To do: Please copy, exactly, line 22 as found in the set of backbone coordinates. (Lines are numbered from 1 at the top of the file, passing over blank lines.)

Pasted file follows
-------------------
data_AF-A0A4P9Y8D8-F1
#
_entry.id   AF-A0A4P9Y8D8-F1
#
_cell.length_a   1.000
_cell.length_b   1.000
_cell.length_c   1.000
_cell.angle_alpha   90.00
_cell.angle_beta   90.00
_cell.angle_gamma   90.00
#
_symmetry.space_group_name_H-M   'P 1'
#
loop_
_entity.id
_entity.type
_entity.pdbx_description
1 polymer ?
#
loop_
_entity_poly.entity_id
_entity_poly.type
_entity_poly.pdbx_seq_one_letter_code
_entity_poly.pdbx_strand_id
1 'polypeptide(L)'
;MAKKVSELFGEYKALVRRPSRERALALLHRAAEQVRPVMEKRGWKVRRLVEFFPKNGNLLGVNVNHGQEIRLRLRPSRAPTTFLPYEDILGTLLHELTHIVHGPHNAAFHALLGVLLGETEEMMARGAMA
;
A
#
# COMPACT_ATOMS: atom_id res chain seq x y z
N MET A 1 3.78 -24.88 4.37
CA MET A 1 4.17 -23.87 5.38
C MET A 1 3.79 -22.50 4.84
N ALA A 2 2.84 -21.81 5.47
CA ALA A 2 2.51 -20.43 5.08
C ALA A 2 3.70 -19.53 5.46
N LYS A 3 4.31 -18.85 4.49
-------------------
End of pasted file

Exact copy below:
_entity_poly.type